Fleet Street, Dublin
NEW BUSINESS PREMISES
Mr. TERENCE KELLY'S NEW SALE DEPARMENT, FLEET STREET
Mr. Terence Kelly, who for many years has occupied a foremost place among city pawnbrokers, is now making a move in a new direction. Yesterday there took place the formal opening of his new establishment in Fleet Street, with a really magnificent stock of jewellery, silver plate of all kinds, watches, clocks, etc. Formerly the space abutting on Fleet Street was used for storage purposes, but the proprietor has wisely decided to open a regular emporium in the main thoroughfare. The costly and artistic character of the goods displayed has been kept in view by the architect, and the elegant and luxurious fittings harmonise with the expensive stock in trade. The faÃ§ade is of cement, treated in a chaste and effective style, and the appearance of the large plate-glass windows, with their very tempting array of jewellery, must attract the attention of the most indifferent passer-by. The internal decorations are quite in keeping with the imposing exterior. The walls are covered in aesthetic Lincrusta Walton in ivory white, except the deep dado, which is of a warm chocolate tint. Inside the counter the floor is of parqueterie, and outside of mosaic. Mahogany counter and show-cases and elaborate brackets of art ironwork set off to the best advantage the precious specimens of the jeweller's art on view in this establishment.
The stock consists of ladies' and gentlemen's watches of the highest class and finish, diamonds, rubies, pearls, and all manner of precious stones, set in a hundred different styles, from the regal tiara to the brooch or ring of every-day use, and including brilliants in single stones and clusters, earrings, pendants, and scarf pins. Then there are gold chains and bangles, and in fact every article made from the precious metal. In silver there is a fine display of trinket boxes, cigar and cigarette-cases, purses, toilet bottles, fish carvers, also silver tea and coffee sets, milk jugs, presentation cups, bowls, trays, and salvers, candlesticks, dessert sets and fish eaters - in a word, every branch of the silversmith's art is well represented. Some special items are ladies dress and gentleman's suit cases with silver fittings, chime clocks etc. In addition to the forfeited goods from his own establishment, Mr. Kelly is constantly purchasing large stocks in London, Manchester, Sheffield, and other English centres, so that he is in a position to give his customers the advantage of his shrewd purchases in the chief markets, and only recently he bought the stock of Messrs. White and Schopperle, Grafton Street. He does not confine himself to watches and jewellery. In his commodious showrooms may be seen Erard and other well-known pianos, bicycles by many makers, cabinets of cutlery, Gladstone bags, opera and field glasses, and a host of other useful and elegant articles. Taken all round, Mr. Kelly's new establishment is worthy of his well-known enterprise and is certain to draw to itself a large share of public patronage. Mr. G.L. O'Conner, Great Brunswick Street, is architect of the new building, Messrs. Kiernan, Talbot Street, the contractors, while Messrs. Fitzgerald, Great Brunswick Street, did the decorations. Messrs. Sage, of London, supplied the shop fittings; Messrs. Cummins the electrical installations, and George Price, Wolverhampton, the massive safes.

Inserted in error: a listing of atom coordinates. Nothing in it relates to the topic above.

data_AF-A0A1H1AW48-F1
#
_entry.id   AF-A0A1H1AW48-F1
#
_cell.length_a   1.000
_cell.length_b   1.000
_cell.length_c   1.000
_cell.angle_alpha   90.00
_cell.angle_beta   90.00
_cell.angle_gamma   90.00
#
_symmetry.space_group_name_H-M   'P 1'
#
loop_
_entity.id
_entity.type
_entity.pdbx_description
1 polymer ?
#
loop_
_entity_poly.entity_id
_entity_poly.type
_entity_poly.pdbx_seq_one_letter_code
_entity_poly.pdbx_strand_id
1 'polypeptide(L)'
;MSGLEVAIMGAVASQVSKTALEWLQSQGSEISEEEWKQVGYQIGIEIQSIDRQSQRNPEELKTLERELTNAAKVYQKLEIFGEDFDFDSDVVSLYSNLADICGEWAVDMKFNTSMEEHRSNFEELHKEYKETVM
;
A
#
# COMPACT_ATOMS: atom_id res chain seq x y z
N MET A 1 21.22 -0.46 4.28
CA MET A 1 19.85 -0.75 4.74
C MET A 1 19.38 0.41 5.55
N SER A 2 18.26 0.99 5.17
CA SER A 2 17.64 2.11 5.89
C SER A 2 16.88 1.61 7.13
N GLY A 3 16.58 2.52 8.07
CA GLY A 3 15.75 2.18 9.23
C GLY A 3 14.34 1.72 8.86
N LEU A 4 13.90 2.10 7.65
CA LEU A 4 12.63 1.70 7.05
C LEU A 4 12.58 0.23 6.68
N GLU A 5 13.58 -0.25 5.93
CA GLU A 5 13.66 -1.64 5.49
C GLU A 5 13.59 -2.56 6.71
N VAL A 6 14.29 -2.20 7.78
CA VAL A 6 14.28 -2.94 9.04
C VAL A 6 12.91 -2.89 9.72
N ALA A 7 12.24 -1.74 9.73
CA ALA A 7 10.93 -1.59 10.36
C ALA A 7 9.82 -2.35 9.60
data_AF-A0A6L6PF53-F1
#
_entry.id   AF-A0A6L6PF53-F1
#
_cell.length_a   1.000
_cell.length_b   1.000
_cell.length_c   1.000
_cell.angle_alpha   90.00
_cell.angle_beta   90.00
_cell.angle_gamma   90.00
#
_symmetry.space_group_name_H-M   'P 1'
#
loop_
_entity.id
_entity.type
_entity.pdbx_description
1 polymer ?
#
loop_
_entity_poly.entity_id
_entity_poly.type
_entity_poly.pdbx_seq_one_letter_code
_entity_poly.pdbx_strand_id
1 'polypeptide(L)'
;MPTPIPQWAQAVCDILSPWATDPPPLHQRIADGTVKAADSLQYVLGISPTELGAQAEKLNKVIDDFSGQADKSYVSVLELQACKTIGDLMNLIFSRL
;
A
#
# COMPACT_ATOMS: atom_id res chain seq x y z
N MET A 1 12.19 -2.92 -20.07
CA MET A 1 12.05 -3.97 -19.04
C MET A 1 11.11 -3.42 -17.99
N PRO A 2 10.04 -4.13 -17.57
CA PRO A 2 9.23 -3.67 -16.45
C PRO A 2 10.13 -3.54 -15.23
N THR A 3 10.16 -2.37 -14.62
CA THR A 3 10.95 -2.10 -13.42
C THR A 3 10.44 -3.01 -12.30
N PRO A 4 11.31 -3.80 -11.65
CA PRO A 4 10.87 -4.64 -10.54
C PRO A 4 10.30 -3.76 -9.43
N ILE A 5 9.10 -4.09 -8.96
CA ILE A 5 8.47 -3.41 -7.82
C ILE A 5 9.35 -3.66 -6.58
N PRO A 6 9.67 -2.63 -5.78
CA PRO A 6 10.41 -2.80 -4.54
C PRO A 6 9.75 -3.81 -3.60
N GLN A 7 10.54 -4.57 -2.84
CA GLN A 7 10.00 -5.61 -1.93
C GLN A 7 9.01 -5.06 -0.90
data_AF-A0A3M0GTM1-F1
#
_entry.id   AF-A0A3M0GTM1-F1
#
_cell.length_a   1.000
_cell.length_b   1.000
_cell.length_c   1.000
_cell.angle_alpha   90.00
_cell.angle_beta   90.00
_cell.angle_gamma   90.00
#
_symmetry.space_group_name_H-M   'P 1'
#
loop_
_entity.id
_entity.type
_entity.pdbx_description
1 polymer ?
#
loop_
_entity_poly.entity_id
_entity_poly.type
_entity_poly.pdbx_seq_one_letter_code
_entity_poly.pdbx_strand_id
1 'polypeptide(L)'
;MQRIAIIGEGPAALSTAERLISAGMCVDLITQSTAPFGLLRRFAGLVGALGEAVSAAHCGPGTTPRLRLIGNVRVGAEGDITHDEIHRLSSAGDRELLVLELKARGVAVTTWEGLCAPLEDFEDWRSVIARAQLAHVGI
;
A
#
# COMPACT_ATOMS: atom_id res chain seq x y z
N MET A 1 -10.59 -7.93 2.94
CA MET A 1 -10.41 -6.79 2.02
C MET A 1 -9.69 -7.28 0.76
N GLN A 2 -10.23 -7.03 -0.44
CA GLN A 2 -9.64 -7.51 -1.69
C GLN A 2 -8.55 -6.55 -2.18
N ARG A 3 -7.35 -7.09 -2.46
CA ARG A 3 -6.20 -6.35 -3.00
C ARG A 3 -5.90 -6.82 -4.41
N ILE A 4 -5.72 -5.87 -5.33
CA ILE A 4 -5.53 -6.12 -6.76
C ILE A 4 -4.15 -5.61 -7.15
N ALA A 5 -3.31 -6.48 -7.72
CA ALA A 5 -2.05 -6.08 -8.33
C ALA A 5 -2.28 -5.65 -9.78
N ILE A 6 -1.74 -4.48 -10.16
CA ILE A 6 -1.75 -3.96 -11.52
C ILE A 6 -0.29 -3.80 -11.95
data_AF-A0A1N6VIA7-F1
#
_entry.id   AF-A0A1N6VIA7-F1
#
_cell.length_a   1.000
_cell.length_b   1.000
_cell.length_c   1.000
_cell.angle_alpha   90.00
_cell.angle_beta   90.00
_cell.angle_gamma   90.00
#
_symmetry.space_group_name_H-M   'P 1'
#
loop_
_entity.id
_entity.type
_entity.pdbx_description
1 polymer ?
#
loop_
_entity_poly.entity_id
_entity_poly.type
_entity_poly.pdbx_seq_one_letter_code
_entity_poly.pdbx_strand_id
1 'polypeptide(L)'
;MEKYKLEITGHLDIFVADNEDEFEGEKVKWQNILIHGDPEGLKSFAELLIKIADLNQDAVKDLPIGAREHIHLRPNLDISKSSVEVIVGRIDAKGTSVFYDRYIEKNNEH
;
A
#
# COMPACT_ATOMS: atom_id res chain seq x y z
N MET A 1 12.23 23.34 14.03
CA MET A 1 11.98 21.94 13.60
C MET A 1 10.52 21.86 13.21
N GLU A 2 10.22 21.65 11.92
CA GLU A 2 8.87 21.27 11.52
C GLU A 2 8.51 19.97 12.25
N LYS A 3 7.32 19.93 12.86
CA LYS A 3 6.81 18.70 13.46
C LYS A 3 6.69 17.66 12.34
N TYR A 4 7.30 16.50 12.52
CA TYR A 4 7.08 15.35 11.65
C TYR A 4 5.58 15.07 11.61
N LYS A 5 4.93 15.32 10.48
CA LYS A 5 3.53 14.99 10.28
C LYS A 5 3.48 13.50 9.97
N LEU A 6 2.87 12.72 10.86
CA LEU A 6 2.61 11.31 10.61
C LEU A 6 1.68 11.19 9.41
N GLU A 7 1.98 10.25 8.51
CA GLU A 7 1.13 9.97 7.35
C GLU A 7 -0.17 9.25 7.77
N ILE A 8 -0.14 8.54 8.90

Source: Freeman's Journal and Daily Commercial Advertiser - 7th March 1898
The 1901 Irish Census reveals Terence Kelly as a 47 year old Justice of the Peace and Pawnbroker, born in Dublin City. He is married to 46 year old Maryanne, who was also born in Dublin City. They lived with four of their children, Augustene 7, Geneveive 6, Dorothy 5, and Winifred 3 years, all the children were born in Dublin County. The family are Roman Catholics, have two live-in servants, and reside at 373, Palmerston Road, Dublin.
The 1911 Census reveals Terence Kelly, now 57 years old, a Jeweller and Pawnbroker, but not longer stating that he is a J.P. Marryanne Kelly was not resident on the day of the Census, but presumably still alive as Terence Kelly states that he is married, rather than a Widower. The children in residence are different from those in the 1901 Census, this time we have Angela 24, James 23, and Charles 19 years. James was recorded as a Dentist. The children are all unmarried and the family maintain two servants. Their address now is 66, Lower Leeson Street, Dublin. The record also reveals that Terrence and Maryanne Kelly have been married for 32 years, and had 11 children, of whom 10 were living.
The business of White & Schopperle, from whom Terence Kelly purchased their remaining stock, appear in local directories as 'Watchmakers, Goldsmiths and Jewellers', of 33, Grafton Street, Dublin, during the period 1887-1893. As their stock was acquired in c.1898 it is likely they were business a few years longer than the 1893 date.